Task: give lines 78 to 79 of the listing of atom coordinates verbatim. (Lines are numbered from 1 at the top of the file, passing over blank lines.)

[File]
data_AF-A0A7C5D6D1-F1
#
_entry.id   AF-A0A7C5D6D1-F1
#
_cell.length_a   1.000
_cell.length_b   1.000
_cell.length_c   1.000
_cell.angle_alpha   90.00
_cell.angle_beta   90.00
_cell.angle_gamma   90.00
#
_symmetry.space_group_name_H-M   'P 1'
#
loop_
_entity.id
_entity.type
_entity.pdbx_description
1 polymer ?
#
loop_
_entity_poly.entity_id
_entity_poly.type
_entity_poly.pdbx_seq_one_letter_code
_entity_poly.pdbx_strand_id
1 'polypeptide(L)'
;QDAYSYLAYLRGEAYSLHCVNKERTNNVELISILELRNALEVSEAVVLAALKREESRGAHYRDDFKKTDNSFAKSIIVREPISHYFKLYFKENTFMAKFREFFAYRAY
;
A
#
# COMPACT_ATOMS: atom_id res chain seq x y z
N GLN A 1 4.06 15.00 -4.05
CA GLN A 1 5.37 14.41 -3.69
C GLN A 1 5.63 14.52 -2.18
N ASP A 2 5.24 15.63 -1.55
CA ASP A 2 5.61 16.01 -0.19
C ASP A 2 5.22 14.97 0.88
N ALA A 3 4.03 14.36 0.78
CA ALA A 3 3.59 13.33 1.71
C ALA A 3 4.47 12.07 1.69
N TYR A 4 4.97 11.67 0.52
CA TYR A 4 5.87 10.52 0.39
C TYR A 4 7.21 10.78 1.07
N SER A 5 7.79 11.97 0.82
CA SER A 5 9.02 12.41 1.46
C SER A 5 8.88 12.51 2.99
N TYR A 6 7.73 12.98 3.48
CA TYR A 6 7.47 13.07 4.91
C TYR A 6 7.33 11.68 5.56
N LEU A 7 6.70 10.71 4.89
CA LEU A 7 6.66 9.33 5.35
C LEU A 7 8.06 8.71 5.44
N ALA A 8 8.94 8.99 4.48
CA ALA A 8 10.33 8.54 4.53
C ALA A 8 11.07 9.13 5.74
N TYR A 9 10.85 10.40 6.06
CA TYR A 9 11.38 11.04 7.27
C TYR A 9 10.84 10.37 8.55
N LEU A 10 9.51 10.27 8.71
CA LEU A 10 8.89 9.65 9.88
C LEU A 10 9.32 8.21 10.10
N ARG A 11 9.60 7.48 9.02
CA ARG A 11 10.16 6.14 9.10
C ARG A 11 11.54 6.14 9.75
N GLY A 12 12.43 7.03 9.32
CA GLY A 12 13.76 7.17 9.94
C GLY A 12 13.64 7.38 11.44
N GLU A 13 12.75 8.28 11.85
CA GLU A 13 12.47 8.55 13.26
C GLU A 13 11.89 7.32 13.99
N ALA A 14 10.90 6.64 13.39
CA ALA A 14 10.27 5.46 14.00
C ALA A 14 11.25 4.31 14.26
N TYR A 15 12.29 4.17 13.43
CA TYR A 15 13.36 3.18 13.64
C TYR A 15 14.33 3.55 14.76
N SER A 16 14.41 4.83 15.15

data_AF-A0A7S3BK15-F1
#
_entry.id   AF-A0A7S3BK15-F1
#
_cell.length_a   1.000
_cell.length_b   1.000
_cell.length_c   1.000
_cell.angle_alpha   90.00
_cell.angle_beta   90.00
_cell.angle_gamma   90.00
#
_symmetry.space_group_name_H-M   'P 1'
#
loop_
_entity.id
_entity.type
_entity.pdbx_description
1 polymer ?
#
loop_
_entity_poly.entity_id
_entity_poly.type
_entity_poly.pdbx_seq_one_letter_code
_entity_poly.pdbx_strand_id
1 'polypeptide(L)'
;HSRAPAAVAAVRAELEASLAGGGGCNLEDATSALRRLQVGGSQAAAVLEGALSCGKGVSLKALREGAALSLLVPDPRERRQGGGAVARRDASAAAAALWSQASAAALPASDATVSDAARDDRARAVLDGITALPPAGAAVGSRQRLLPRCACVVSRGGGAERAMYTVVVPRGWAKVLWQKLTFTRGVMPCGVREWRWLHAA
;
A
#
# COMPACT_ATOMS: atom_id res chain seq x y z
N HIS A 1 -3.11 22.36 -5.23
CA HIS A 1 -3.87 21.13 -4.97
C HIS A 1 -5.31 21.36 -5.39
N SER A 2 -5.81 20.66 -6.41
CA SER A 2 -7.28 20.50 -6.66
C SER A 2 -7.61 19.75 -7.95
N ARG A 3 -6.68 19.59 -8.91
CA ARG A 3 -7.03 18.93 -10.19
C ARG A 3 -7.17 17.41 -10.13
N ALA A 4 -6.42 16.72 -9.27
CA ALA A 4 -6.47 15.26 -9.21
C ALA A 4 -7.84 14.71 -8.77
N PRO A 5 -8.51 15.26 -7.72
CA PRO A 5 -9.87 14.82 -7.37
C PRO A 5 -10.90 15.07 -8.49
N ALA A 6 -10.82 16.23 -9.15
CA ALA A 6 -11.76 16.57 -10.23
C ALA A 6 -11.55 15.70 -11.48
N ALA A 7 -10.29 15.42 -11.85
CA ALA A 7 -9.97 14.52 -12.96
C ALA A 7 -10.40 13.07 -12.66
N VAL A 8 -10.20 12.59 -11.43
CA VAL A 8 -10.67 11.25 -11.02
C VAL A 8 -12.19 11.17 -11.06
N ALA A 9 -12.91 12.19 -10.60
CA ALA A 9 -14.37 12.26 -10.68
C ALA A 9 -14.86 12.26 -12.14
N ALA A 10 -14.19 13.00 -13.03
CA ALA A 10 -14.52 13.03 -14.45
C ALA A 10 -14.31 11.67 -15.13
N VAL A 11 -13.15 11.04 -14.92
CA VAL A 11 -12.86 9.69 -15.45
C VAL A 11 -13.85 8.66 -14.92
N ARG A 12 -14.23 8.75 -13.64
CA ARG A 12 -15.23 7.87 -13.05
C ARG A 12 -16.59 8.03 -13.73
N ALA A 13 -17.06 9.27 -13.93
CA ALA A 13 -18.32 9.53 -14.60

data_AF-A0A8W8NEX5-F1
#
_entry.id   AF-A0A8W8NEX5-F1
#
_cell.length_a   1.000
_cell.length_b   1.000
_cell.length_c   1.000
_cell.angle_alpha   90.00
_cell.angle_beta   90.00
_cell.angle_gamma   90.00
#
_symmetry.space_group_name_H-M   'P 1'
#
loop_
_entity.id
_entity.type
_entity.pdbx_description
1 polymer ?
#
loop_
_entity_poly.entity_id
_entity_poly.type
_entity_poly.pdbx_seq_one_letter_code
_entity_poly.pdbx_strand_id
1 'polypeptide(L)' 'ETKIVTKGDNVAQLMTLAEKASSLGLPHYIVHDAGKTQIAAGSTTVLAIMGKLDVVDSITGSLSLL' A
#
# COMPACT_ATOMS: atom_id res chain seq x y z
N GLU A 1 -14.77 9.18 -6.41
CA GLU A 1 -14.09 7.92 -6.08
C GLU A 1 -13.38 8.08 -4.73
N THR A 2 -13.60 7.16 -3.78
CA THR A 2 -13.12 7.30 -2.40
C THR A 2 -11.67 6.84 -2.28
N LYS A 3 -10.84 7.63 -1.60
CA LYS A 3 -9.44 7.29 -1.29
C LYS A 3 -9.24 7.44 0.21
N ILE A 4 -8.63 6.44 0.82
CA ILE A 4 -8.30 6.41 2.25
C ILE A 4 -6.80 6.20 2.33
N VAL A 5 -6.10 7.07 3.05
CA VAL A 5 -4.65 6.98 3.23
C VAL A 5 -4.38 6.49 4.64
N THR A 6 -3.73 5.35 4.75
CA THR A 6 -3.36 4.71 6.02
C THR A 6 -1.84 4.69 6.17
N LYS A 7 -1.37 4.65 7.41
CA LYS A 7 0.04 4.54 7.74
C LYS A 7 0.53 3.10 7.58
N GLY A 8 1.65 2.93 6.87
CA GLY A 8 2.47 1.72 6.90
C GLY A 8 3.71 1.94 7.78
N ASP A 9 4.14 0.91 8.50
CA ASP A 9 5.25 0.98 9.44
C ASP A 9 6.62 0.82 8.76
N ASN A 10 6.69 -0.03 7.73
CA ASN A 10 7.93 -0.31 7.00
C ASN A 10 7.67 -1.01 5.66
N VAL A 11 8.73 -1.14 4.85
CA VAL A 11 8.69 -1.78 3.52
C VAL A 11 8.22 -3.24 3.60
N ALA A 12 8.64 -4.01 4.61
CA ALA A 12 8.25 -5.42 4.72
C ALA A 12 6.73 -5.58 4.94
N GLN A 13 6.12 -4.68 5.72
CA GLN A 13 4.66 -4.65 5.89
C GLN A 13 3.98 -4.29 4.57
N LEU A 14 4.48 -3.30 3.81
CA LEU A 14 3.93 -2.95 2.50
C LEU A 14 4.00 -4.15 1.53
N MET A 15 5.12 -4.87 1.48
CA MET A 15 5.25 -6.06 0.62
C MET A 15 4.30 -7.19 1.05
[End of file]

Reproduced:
#
_entry.id   AF-A0A7S3BK15-F1